It has been almost a week since the Russian Alexander Povetkin successfully blasted out former undisputed Heavyweight Hasim Rahman of the United States to retain the WBA “Regular” title in just two rounds at the Sporthalle in Hamburg, Germany.
The questions are: what did we learn from this fight and what is next for the fighters?
It was the first fight that Povetkin has had with his new trainer, former undisputed Light-Welterweight world champ and Hall of Famer Kostya Tszyu since firing Teddy Atlas.
In this bout, Povetkin looked leaner and more muscular at his weight of 229lbs [16 stone 5lbs] as well as being lighter and quicker on his feet, able to get in and out before the older and heavier Rahman had a chance to effectively counter.
Povetkin also dictated the fight from centre ring, using his jab and and even rocking Rahman with it. He also seems to benefit from having a Russian speaker, Tszyu, in his corner, giving calmer and incisive instructions rather than getting bawled out by the American Atlas.
In the second round, Povetkin displayed strong aggression after rocking Rahman, forcing the veteran to cover up in the ropes, but bulldozed with his head rather than taking his time in picking off the helpless Rahman, who was at one point holding himself up with one arm on the ropes, as he sagged like a discarded teddy bear.
It was a scrappy and untidy stoppage from referee Gustavo Padilla and one that this writer feels should have occurred earlier when Rahman was sent reeling back in no state to defend himself as Povetkin switched effectively to the body.
Given more time working with Tszyu, Povetkin's bull rushing shall be reduced and the switches to the body will occur more often.
From Rahman, we learned nothing, except that he was flat footed, slow and looked every sinew of his 39 years with no remaining punch resistance.
This writer is left with the feeling that it is time for Rahman to call it a day before one of the young lions, perhaps in the shape of fellow American Seth Mitchell, and Britain’s two towering heavyweights, David Price and Tyson Fury, inflict severe and potentially permanent damage on the man they call "The Rock".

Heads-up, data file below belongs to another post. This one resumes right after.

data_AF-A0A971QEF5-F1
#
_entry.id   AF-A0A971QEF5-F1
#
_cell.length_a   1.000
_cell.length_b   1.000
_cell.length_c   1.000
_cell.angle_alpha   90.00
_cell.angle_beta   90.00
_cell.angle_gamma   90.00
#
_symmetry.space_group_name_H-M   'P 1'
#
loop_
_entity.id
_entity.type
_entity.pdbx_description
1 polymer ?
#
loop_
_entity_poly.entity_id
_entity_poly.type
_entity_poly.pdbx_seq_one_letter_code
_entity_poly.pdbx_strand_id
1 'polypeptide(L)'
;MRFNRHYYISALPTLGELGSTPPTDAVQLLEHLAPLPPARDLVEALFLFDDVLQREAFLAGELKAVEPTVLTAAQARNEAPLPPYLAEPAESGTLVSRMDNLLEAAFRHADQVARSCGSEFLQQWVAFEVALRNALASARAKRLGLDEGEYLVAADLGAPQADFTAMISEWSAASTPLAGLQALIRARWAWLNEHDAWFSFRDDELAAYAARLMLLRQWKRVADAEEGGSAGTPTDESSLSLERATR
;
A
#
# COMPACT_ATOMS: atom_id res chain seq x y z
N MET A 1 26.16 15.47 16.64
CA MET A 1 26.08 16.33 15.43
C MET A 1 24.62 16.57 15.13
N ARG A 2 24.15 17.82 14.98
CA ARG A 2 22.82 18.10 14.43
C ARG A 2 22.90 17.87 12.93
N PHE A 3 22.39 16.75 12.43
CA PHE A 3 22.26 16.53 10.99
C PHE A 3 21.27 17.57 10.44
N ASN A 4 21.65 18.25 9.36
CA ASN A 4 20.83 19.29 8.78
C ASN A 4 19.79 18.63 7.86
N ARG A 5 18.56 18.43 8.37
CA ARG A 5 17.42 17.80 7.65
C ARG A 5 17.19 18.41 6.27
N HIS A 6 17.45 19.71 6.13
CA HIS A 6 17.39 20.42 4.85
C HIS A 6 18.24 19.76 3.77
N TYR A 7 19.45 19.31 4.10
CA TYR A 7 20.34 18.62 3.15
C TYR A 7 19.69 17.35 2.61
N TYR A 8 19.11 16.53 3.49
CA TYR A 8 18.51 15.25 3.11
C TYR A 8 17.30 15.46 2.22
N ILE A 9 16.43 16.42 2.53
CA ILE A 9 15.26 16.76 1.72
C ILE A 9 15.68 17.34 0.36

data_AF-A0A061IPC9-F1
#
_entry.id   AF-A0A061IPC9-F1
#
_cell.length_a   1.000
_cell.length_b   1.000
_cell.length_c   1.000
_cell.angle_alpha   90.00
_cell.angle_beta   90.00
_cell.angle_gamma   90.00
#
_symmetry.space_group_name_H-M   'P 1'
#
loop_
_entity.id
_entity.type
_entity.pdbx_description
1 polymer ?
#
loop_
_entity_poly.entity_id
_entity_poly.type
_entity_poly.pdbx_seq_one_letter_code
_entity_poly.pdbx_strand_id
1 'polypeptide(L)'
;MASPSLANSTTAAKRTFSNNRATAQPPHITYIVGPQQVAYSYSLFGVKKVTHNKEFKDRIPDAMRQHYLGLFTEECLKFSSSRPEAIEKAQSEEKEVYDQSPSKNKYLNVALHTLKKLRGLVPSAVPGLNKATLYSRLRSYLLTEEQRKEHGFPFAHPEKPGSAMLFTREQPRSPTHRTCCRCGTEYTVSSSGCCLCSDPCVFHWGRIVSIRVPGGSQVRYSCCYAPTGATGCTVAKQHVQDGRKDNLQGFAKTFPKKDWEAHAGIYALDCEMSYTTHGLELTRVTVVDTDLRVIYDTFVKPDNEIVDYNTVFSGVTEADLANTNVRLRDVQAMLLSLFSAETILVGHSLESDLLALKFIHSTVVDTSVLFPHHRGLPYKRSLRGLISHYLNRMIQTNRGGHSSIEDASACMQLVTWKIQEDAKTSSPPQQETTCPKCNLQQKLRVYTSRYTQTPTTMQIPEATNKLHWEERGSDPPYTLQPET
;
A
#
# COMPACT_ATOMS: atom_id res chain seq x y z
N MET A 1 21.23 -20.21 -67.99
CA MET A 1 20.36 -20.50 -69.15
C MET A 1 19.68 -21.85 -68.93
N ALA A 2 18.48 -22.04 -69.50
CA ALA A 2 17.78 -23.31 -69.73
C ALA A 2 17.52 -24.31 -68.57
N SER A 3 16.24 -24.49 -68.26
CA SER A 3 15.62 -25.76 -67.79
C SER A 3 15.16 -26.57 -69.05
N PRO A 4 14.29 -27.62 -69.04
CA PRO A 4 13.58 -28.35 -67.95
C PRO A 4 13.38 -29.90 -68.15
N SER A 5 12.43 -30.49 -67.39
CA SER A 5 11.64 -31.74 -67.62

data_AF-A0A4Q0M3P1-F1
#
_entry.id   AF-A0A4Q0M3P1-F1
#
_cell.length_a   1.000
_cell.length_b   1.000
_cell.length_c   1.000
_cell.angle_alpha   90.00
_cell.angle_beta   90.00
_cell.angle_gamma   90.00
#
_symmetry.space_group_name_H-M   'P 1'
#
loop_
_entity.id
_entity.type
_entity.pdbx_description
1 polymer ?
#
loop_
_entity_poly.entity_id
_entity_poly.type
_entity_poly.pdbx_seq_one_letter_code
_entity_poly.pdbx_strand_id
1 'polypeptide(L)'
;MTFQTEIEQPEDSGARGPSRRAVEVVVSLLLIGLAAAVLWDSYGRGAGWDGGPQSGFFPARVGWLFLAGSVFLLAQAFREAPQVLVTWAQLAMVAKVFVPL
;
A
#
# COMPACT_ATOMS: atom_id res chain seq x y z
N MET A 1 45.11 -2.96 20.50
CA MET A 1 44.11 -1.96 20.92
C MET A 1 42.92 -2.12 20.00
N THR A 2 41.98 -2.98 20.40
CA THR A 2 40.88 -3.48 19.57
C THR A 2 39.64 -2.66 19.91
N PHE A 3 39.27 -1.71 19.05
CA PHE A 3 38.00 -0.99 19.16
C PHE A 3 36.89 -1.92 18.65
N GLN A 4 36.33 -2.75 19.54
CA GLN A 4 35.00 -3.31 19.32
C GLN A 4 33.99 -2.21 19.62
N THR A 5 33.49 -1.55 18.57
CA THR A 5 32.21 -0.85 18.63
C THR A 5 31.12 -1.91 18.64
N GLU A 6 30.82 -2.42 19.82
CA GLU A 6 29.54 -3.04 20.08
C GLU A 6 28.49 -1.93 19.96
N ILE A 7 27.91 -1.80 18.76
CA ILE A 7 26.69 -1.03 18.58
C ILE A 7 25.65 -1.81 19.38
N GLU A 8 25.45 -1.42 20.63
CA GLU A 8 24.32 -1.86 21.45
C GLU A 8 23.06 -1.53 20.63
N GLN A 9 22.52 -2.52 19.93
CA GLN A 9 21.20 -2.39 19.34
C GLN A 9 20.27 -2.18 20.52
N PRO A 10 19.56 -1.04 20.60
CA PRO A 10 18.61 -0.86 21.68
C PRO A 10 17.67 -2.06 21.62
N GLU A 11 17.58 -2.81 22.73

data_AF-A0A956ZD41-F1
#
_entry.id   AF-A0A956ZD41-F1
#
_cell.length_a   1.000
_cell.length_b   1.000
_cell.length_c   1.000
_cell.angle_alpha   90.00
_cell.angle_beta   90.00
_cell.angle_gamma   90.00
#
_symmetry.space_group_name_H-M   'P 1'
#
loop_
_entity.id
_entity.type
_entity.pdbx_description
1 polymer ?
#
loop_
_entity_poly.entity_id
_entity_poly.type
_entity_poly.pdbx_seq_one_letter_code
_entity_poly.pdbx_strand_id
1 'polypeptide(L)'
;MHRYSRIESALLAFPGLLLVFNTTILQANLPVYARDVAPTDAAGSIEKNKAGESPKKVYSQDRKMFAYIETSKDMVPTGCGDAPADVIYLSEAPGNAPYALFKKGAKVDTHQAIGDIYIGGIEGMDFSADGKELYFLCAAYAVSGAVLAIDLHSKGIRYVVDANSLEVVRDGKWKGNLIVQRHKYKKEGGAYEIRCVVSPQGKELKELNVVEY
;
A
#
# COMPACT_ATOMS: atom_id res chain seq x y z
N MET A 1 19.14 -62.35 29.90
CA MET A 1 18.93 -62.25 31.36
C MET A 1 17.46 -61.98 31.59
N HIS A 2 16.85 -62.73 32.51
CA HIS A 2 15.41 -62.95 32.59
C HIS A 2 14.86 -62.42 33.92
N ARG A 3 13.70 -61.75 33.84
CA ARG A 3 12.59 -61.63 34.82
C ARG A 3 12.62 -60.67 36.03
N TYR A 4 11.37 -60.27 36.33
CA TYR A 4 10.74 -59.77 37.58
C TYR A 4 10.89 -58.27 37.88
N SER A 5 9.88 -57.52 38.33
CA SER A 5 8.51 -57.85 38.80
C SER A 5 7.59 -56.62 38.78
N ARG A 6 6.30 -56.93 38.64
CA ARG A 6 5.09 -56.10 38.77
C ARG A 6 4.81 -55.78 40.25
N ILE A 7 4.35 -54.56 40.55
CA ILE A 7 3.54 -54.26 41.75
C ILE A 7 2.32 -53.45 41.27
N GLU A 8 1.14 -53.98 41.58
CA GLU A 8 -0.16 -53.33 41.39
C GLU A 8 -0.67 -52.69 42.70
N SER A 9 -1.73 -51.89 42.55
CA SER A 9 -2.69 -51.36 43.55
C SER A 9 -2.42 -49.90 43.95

As for what happens next for Povetkin and Rahman, well, the answers are obvious. It is now time for Povetkin to step up and face the Klitschko brothers, who sit imperiously at the top of the heavyweight division pile like pugilistic Emperors, but the question remains which one?
Will it be Vitali, if he does not succeed in getting elected to the much-targeted seat in the Ukrainian parliament later this month, or Wladimir, should he get past the giant Pole Mariusz Wach in his forthcoming fight.
It won't be until early 2013 when we receive the answer for Povetkin, although trainer Tszyu is determined to see his new charge face the Klitschko dominance and thankfully Povetkin’s German promoter, Team Sauerland, are singing the same tune as well.
For Rahman, the future is decidedly grim. At 39, this was most definitely his last chance at a world title, and on the world stage he showed that he is a fighter who is shot to pieces and needs to hang the gloves up or risk being thrown to the young lions of the Heavyweight division with potentially disastrous consequences.